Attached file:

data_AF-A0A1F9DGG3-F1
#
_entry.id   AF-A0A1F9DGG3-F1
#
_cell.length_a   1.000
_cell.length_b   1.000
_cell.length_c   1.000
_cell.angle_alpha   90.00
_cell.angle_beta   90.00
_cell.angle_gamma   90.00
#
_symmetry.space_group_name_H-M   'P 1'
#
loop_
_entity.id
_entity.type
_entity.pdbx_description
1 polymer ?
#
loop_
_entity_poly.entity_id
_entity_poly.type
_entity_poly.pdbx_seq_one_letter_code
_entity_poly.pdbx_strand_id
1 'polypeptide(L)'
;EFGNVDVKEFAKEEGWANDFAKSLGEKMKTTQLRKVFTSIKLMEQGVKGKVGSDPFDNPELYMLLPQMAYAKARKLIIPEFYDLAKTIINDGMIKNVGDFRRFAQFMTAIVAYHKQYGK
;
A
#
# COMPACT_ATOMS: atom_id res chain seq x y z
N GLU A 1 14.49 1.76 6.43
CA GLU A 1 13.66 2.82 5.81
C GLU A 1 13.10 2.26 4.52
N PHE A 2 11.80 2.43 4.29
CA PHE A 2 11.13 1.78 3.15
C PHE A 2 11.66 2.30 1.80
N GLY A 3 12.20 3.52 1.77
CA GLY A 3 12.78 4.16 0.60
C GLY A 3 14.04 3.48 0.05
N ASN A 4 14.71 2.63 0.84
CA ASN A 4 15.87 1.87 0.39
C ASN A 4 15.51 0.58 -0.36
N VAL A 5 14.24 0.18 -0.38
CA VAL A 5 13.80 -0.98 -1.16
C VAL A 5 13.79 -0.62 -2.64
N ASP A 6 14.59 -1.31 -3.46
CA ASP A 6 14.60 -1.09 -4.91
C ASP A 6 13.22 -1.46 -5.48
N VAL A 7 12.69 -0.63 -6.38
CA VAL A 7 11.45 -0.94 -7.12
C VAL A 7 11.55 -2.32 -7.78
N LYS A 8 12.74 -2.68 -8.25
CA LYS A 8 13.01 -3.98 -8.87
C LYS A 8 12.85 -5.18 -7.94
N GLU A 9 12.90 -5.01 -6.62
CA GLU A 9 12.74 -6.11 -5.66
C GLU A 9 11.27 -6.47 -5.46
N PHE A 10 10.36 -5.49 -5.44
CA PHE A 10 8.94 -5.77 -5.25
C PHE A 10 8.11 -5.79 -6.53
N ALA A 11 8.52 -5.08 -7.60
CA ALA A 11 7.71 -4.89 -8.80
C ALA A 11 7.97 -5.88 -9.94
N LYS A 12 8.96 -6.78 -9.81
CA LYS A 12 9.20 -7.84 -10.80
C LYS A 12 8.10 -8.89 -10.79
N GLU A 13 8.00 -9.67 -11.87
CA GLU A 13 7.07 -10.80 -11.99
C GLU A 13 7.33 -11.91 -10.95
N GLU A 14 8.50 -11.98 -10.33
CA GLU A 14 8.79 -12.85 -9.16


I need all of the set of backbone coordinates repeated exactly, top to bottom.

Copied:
data_AF-A0A1F9DGG3-F1
#
_entry.id   AF-A0A1F9DGG3-F1
#
_cell.length_a   1.000
_cell.length_b   1.000
_cell.length_c   1.000
_cell.angle_alpha   90.00
_cell.angle_beta   90.00
_cell.angle_gamma   90.00
#
_symmetry.space_group_name_H-M   'P 1'
#
loop_
_entity.id
_entity.type
_entity.pdbx_description
1 polymer ?
#
loop_
_entity_poly.entity_id
_entity_poly.type
_entity_poly.pdbx_seq_one_letter_code
_entity_poly.pdbx_strand_id
1 'polypeptide(L)'
;EFGNVDVKEFAKEEGWANDFAKSLGEKMKTTQLRKVFTSIKLMEQGVKGKVGSDPFDNPELYMLLPQMAYAKARKLIIPEFYDLAKTIINDGMIKNVGDFRRFAQFMTAIVAYHKQYGK
;
A
#
# COMPACT_ATOMS: atom_id res chain seq x y z
N GLU A 1 14.49 1.76 6.43
CA GLU A 1 13.66 2.82 5.81
C GLU A 1 13.10 2.26 4.52
N PHE A 2 11.80 2.43 4.29
CA PHE A 2 11.13 1.78 3.15
C PHE A 2 11.66 2.30 1.80
N GLY A 3 12.20 3.52 1.77
CA GLY A 3 12.78 4.16 0.60
C GLY A 3 14.04 3.48 0.05
N ASN A 4 14.71 2.63 0.84
CA ASN A 4 15.87 1.87 0.39
C ASN A 4 15.51 0.58 -0.36
N VAL A 5 14.24 0.18 -0.38
CA VAL A 5 13.80 -0.98 -1.16
C VAL A 5 13.79 -0.62 -2.64
N ASP A 6 14.59 -1.31 -3.46
CA ASP A 6 14.60 -1.09 -4.91
C ASP A 6 13.22 -1.46 -5.48
N VAL A 7 12.69 -0.63 -6.38
CA VAL A 7 11.45 -0.94 -7.12
C VAL A 7 11.55 -2.32 -7.78
N LYS A 8 12.74 -2.68 -8.25
CA LYS A 8 13.01 -3.98 -8.87
C LYS A 8 12.85 -5.18 -7.94
N GLU A 9 12.90 -5.01 -6.62
CA GLU A 9 12.74 -6.11 -5.66
C GLU A 9 11.27 -6.47 -5.46
N PHE A 10 10.36 -5.49 -5.44
CA PHE A 10 8.94 -5.77 -5.25
C PHE A 10 8.11 -5.79 -6.53
N ALA A 11 8.52 -5.08 -7.60
CA ALA A 11 7.71 -4.89 -8.80
C ALA A 11 7.97 -5.88 -9.94
N LYS A 12 8.96 -6.78 -9.81
CA LYS A 12 9.20 -7.84 -10.80
C LYS A 12 8.10 -8.89 -10.79
N GLU A 13 8.00 -9.67 -11.87
CA GLU A 13 7.07 -10.80 -11.99
C GLU A 13 7.33 -11.91 -10.95
N GLU A 14 8.50 -11.98 -10.33
CA GLU A 14 8.79 -12.85 -9.16